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Friday, January 21, 2022

Is the Hip Hop’s decline irreversible?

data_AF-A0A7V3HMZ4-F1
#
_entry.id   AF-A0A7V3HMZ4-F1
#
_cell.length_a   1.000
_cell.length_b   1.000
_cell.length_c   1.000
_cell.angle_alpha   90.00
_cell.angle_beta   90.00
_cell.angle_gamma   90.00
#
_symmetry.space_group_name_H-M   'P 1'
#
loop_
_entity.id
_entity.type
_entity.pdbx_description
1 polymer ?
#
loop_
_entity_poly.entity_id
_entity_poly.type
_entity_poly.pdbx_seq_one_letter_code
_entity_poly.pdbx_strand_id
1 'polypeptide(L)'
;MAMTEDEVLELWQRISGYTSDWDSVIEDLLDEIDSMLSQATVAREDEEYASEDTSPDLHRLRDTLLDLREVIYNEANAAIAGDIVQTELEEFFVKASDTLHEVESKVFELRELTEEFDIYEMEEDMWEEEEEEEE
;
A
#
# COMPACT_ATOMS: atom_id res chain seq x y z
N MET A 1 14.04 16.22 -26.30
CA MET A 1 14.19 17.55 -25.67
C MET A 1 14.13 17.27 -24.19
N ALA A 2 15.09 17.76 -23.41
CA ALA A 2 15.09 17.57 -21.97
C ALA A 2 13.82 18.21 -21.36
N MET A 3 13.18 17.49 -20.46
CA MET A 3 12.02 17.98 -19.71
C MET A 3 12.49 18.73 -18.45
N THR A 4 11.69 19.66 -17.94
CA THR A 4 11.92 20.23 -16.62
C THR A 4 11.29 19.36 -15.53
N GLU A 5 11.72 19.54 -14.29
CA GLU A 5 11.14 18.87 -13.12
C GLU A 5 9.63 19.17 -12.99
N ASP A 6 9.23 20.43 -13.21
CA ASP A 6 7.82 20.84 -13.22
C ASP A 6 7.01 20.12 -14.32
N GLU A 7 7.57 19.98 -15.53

By Ardain Isma JuniorSpecial to CSMS MagazineHip-hop has seen a massive decline in sales and in quality since 1998—pretty much after the deaths of Tupac Amaru Shakur and Christopher “Biggie Smalls” Wallace, along with the disbanding of the Fugees. Hip Hop really took a nosedive after prolific rappers such as Jay-z and Slim Shady took retirements. Then suddenly Nas, one of the greatest rappers of all time, came out with an album that was promptly titled “Hip Hop is Dead …….” Most observers thought his assertion is right. Reason being is because hip-hop just isn’t any fun any more.Critics say that this musical genre that brought so much controversies and love is no longer what it used to be. “There is too much simplicity and laziness, but not enough seriousness going on in rap today—and that’s a shame,” said James Adler, a Miami diehard fan of Tupac.Back in the 1980s, rap was more political and socially conscious with rappers like Public Enemy, N.W.A., Kurtis Blow, Rakim, Krs-one, who rapped about the hardships in the ghetto and the injustice surrounding the legal system against people who live in the lower level of society. These legendary rappers rapped about these things with such an intellectual rhyme scheme that the kids in the hood fell in love with them instantly.          In the 1990s, there was a new age in rap entitled the “Golden Age Of rap”.  The golden age brought a whole new flood of rappers into the scene. It was the decade of rappers such as Tupac Shakur, Nas, Biggie Smalls, Jay-z and, most importantly, the Fugees.In 1991, a charismatic 19-year-old sophomore in college and former Digital Underground backup dancer and Oakland native Tupac Shakur recorded his criticality acclaimed album “2paclypse Now” and released it later in November of that year. Though it wasn’t a chart topper, critics loved it for its rough edge and highly elevated lyrics on society and hardships black people go through in the ghetto. However, that album did not come without controversy. Many criticized it for having lyrics that took on the legal system and the police.In 1992, while crossing an intersection in Oakland, California, Tupac was stopped and beaten by the local police. Tupac sued the OPD (Oakland Police Department) and won the lawsuit. In the same timeframe “Rap Icon” Ice T released one of the most controversial and most vindictive songs in music period. The song was named “Cop Killer.”  Ice T wrote the song in response to the Rodney King verdict. That song had the whole world in a total state of shock. It made Tupac’s references to the police look like nothing.Ice T said that the lyric is from the bottom of his heart. Record sales went overboard once that song came out. Rap was single handedly out selling every music genre in the world by 90%. Later on in 1993 Tupac released his second album simply titled Strictly for my N.I.G.G.A.Z (an acronym for Never. Ignorant. Getting Goals Accomplished). This album did way better on the charts in comparison to his debut album. It scored the hit single “keep ya head up”, “ I Get Around” and “ Holler if you hear me.” The album soon went on to reach Platinum certification, and over one million copies were sold. The album pushed Tupac into one of the elite new stars in rap music genre.                                                                                                                                         In 1994 a young and well talented rapper from Queens, New York City named Nas—short for Nasir Jones—came out with one of the most popular albums in rap entitled “ Illmatic.” That album alone single handedly revolutionized rap. Also 1994 Biggie Smalls released his double Platinum debut “ Ready To Die.” The album also helped put east coast rap back on the forefront.In late 1994, The Fugees released their debut album, which didn’t sell too well, but which received good reviews. Also in 1994 the East coast/West coast hip-hop war got started. It was Death Row versus Bad Boy records. Tupac and Biggie had a very bad falling out after the two were friends for two years. Tupac accused Biggie of having him shot.In late 1995, Tupac’s signing with Death Row Records made the war official. Meanwhile, the Fugees were in the studio making one of the most influential albums in history: “ The Score.” The score was then released, and it was immediately propelled to the top of the charts. To date, the album has sold over 18 million copies, making it one of the most profitable hip-hop albums of all time. The album spawned hit singles such as “ready or not”, “ killing me softly”, and “oh la la la.” They later won album-of-the-year award at the Grammy’s. Hip- Hop was at an all time high until September 13, 1996, when Tupac Shakur died of bullet wounds in Las Vegas, NV and Biggie Smalls suffered the same fate on March 9th, 1997 in Los Angles, CA. Hip hop went at an all time halt after that. The Fugees’ disband in 1999 worked to solidify the halt.                                                     By early 2000’s, rap music went on a steady decline. Jay-z and Slim Shady called it quit. Christopher “ Ludacris” Bridges, Clifford “T.I” Harris, Dwayne “Lil Wayne” Carter and most importantly Kanye West are the only rappers occupying the spotlight these days. The deviation from social consciousness to vulgarity has made some of the hip hop songs awful to listen to. Songs like “Lean With It” by the Dem Franchize Boyz And “ Party Like A Rock Star” by The Shop Boys are just utterly disgraceful.Strictly form a lyrical point of view, both of these songs lack-elevating lyrics. “My nine-year-old brother and my two-year-old Godson can rap better then these guys. I’m not being mean or funny. I’m just being brutally honest, and that’s the truth,” said Jennifer Giraldo, a college sophomore from Barry University.“I hate it when garbage rappers like them are saying Biggie, Tupac or the Fugees are their favorite rappers, and how they inspire them. If they really inspired them, why on earth are they so disgraceful?” said another Barry student, who did not want to give his name.  Today, the favorite themes for rap artists are money, weed, women, and the common topic: drugs. “Get rich or die trying it,” says rapper Fifty Cents. What position will rap occupy in the next 10 years? No one knows. But observers believe that if this continues, this music genre that so many still love and hold dear will cease to exist.                                            NoteArdain Isma Junior is a High School student from South Plantation High in Plantation, Florida. He wrote this piece exclusively for CSMS Magazine.Also see Kanye West: A Unique rapper